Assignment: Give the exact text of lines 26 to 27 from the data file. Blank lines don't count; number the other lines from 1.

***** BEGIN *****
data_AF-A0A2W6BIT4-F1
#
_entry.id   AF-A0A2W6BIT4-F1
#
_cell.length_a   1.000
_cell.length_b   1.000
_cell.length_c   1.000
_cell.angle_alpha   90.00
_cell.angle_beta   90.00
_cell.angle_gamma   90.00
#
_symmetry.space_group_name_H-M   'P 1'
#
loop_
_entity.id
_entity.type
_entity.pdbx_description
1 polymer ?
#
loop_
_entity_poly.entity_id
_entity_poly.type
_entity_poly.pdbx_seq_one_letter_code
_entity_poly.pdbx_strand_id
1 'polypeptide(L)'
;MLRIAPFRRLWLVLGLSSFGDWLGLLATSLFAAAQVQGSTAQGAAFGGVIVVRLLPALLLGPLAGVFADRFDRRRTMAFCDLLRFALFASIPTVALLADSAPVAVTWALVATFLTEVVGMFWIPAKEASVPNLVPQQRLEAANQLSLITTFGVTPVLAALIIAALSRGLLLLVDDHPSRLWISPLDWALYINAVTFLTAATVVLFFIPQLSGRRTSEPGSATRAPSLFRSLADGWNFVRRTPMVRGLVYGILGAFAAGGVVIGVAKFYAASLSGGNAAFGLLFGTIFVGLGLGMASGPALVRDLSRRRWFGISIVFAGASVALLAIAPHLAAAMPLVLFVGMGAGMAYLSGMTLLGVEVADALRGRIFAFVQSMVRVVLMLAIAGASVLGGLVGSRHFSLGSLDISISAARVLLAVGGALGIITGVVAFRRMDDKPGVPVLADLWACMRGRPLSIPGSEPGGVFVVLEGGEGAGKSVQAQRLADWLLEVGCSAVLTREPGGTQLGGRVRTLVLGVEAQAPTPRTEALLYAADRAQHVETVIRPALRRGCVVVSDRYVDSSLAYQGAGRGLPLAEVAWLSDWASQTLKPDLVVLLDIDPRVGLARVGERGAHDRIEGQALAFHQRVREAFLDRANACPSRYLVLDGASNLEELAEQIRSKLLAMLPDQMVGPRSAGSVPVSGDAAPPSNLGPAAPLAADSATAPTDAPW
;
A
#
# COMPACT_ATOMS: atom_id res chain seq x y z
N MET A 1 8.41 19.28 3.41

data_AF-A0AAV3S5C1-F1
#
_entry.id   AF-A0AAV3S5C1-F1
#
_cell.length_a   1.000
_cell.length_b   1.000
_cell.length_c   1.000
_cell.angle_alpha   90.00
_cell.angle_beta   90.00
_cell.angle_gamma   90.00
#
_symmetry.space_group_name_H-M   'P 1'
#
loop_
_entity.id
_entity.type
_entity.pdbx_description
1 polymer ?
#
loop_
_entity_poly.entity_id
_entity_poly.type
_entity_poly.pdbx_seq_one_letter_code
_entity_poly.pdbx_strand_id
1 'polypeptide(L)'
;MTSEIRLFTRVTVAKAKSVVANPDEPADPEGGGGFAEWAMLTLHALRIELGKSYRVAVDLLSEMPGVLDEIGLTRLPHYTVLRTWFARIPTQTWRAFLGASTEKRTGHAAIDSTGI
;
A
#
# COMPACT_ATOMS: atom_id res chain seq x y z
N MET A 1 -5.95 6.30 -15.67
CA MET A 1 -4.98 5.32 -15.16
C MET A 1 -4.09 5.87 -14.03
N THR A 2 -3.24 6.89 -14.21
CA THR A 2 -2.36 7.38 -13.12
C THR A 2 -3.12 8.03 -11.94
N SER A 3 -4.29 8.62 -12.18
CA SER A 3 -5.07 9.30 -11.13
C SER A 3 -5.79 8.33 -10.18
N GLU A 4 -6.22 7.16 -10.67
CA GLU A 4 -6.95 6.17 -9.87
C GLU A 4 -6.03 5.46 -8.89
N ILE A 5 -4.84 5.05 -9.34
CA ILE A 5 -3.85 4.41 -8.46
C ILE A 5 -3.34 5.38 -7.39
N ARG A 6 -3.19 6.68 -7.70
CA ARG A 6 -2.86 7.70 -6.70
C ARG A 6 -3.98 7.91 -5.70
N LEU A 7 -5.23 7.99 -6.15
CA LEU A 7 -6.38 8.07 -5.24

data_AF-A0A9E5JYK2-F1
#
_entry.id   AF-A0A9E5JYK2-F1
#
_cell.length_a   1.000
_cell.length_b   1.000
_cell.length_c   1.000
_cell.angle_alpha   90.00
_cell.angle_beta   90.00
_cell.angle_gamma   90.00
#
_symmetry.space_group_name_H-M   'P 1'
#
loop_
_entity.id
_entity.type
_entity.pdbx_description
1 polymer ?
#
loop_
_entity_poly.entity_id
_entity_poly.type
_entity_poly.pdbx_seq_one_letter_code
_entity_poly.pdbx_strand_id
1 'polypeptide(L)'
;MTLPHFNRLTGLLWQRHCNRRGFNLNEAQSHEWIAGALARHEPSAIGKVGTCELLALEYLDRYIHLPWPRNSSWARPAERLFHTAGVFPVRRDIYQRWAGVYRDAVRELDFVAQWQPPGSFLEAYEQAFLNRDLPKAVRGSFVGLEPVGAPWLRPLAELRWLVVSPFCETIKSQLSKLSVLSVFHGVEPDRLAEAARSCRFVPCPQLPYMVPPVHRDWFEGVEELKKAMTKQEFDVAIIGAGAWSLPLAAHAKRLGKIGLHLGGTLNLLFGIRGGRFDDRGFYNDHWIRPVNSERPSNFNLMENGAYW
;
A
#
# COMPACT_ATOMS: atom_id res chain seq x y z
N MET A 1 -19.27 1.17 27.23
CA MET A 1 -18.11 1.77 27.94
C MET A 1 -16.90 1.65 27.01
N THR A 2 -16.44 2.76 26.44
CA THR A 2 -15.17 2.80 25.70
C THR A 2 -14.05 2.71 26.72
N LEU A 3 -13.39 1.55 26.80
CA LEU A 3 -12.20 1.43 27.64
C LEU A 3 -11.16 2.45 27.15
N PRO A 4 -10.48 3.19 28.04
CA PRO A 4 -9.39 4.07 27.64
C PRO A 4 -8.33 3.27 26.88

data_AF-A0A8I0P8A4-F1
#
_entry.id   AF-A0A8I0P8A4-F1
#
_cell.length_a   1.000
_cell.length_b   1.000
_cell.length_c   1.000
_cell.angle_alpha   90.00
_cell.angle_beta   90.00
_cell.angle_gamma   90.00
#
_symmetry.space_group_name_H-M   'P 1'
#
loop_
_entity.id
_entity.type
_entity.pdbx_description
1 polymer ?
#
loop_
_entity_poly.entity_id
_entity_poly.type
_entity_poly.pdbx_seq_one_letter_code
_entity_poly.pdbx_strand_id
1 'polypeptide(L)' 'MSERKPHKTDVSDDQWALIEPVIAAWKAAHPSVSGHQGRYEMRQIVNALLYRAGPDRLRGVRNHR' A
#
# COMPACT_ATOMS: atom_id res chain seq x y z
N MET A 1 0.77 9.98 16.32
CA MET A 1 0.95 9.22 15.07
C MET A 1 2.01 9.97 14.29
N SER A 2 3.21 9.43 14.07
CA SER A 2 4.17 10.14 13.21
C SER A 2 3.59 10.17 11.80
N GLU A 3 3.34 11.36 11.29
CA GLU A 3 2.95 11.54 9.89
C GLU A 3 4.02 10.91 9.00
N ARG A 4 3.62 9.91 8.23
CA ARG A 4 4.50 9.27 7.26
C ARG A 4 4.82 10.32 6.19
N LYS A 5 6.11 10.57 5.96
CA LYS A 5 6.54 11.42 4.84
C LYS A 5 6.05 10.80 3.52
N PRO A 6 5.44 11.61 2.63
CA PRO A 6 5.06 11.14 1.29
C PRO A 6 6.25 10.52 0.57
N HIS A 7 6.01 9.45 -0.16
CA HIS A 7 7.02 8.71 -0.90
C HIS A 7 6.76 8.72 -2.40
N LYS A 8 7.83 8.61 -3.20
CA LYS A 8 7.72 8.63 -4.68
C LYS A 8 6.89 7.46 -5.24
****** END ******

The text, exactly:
;MLRIAPFRRLWLVLGLSSFGDWLGLLATSLFAAAQVQGSTAQGAAFGGVIVVRLLPALLLGPLAGVFADRFDRRRTMAFCDLLRFALFASIPTVALLADSAPVAVTWALVATFLTEVVGMFWIPAKEASVPNLVPQQRLEAANQLSLITTFGVTPVLAALIIAALSRGLLLLVDDHPSRLWISPLDWALYINAVTFLTAATVVLFFIPQLSGRRTSEPGSATRAPSLFRSLADGWNFVRRTPMVRGLVYGILGAFAAGGVVIGVAKFYAASLSGGNAAFGLLFGTIFVGLGLGMASGPALVRDLSRRRWFGISIVFAGASVALLAIAPHLAAAMPLVLFVGMGAGMAYLSGMTLLGVEVADALRGRIFAFVQSMVRVVLMLAIAGASVLGGLVGSRHFSLGSLDISISAARVLLAVGGALGIITGVVAFRRMDDKPGVPVLADLWACMRGRPLSIPGSEPGGVFVVLEGGEGAGKSVQAQRLADWLLEVGCSAVLTREPGGTQLGGRVRTLVLGVEAQAPTPRTEALLYAADRAQHVETVIRPALRRGCVVVSDRYVDSSLAYQGAGRGLPLAEVAWLSDWASQTLKPDLVVLLDIDPRVGLARVGERGAHDRIEGQALAFHQRVREAFLDRANACPSRYLVLDGASNLEELAEQIRSKLLAMLPDQMVGPRSAGSVPVSGDAAPPSNLGPAAPLAADSATAPTDAPW
;